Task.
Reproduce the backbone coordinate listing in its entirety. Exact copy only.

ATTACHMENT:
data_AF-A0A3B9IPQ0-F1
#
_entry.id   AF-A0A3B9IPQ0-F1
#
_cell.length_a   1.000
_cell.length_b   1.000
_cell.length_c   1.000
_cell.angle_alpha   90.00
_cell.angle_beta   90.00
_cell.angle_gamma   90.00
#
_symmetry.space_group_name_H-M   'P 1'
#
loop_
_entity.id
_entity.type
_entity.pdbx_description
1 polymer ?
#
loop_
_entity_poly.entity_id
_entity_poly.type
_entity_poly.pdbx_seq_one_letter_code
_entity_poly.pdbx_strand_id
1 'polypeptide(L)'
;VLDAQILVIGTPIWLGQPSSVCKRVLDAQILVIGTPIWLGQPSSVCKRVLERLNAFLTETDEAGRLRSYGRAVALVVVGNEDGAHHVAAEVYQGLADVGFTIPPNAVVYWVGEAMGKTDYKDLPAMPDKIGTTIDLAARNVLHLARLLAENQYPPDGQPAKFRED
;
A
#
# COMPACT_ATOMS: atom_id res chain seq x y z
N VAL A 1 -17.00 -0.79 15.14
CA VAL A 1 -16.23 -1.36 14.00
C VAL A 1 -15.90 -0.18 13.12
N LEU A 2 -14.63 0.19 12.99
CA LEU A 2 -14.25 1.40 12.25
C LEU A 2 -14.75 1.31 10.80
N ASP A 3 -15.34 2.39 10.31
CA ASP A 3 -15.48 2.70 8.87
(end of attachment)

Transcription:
data_AF-A0A3B9IPQ0-F1
#
_entry.id   AF-A0A3B9IPQ0-F1
#
_cell.length_a   1.000
_cell.length_b   1.000
_cell.length_c   1.000
_cell.angle_alpha   90.00
_cell.angle_beta   90.00
_cell.angle_gamma   90.00
#
_symmetry.space_group_name_H-M   'P 1'
#
loop_
_entity.id
_entity.type
_entity.pdbx_description
1 polymer ?
#
loop_
_entity_poly.entity_id
_entity_poly.type
_entity_poly.pdbx_seq_one_letter_code
_entity_poly.pdbx_strand_id
1 'polypeptide(L)'
;VLDAQILVIGTPIWLGQPSSVCKRVLDAQILVIGTPIWLGQPSSVCKRVLERLNAFLTETDEAGRLRSYGRAVALVVVGNEDGAHHVAAEVYQGLADVGFTIPPNAVVYWVGEAMGKTDYKDLPAMPDKIGTTIDLAARNVLHLARLLAENQYPPDGQPAKFRED
;
A
#
# COMPACT_ATOMS: atom_id res chain seq x y z
N VAL A 1 -17.00 -0.79 15.14
CA VAL A 1 -16.23 -1.36 14.00
C VAL A 1 -15.90 -0.18 13.12
N LEU A 2 -14.63 0.19 12.99
CA LEU A 2 -14.25 1.40 12.25
C LEU A 2 -14.75 1.31 10.80
N ASP A 3 -15.34 2.39 10.31
CA ASP A 3 -15.48 2.70 8.87